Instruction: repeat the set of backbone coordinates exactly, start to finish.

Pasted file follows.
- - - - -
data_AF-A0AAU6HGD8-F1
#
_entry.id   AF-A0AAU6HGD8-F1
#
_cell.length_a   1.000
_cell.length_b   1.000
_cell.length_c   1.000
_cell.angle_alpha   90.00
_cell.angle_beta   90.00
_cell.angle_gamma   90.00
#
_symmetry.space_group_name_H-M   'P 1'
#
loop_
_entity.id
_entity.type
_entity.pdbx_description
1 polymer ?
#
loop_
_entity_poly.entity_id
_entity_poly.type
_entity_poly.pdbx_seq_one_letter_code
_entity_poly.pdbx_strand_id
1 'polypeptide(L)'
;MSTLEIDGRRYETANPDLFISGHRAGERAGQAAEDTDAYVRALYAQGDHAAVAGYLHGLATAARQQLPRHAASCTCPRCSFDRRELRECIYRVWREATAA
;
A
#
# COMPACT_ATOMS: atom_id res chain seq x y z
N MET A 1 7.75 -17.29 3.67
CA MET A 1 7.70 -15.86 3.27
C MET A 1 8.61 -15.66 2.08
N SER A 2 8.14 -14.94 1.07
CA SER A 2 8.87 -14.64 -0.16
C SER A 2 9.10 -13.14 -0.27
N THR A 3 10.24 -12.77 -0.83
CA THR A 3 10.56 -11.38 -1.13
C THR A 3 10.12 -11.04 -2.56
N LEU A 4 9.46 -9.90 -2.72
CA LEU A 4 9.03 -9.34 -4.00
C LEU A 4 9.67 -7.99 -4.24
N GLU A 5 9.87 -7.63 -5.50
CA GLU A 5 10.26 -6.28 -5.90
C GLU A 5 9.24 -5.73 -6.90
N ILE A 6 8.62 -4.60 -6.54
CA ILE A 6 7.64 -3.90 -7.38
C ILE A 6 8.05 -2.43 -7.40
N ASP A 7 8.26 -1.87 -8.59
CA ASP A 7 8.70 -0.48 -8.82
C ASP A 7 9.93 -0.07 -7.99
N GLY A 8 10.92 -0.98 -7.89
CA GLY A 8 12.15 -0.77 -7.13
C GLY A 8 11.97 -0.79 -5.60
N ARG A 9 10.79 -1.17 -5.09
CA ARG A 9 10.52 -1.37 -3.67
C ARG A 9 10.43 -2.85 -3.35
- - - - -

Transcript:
data_AF-A0AAU6HGD8-F1
#
_entry.id   AF-A0AAU6HGD8-F1
#
_cell.length_a   1.000
_cell.length_b   1.000
_cell.length_c   1.000
_cell.angle_alpha   90.00
_cell.angle_beta   90.00
_cell.angle_gamma   90.00
#
_symmetry.space_group_name_H-M   'P 1'
#
loop_
_entity.id
_entity.type
_entity.pdbx_description
1 polymer ?
#
loop_
_entity_poly.entity_id
_entity_poly.type
_entity_poly.pdbx_seq_one_letter_code
_entity_poly.pdbx_strand_id
1 'polypeptide(L)'
;MSTLEIDGRRYETANPDLFISGHRAGERAGQAAEDTDAYVRALYAQGDHAAVAGYLHGLATAARQQLPRHAASCTCPRCSFDRRELRECIYRVWREATAA
;
A
#
# COMPACT_ATOMS: atom_id res chain seq x y z
N MET A 1 7.75 -17.29 3.67
CA MET A 1 7.70 -15.86 3.27
C MET A 1 8.61 -15.66 2.08
N SER A 2 8.14 -14.94 1.07
CA SER A 2 8.87 -14.64 -0.16
C SER A 2 9.10 -13.14 -0.27
N THR A 3 10.24 -12.77 -0.83
CA THR A 3 10.56 -11.38 -1.13
C THR A 3 10.12 -11.04 -2.56
N LEU A 4 9.46 -9.90 -2.72
CA LEU A 4 9.03 -9.34 -4.00
C LEU A 4 9.67 -7.99 -4.24
N GLU A 5 9.87 -7.63 -5.50
CA GLU A 5 10.26 -6.28 -5.90
C GLU A 5 9.24 -5.73 -6.90
N ILE A 6 8.62 -4.60 -6.54
CA ILE A 6 7.64 -3.90 -7.38
C ILE A 6 8.05 -2.43 -7.40
N ASP A 7 8.26 -1.87 -8.59
CA ASP A 7 8.70 -0.48 -8.82
C ASP A 7 9.93 -0.07 -7.99
N GLY A 8 10.92 -0.98 -7.89
CA GLY A 8 12.15 -0.77 -7.13
C GLY A 8 11.97 -0.79 -5.60
N ARG A 9 10.79 -1.17 -5.09
CA ARG A 9 10.52 -1.37 -3.67
C ARG A 9 10.43 -2.85 -3.35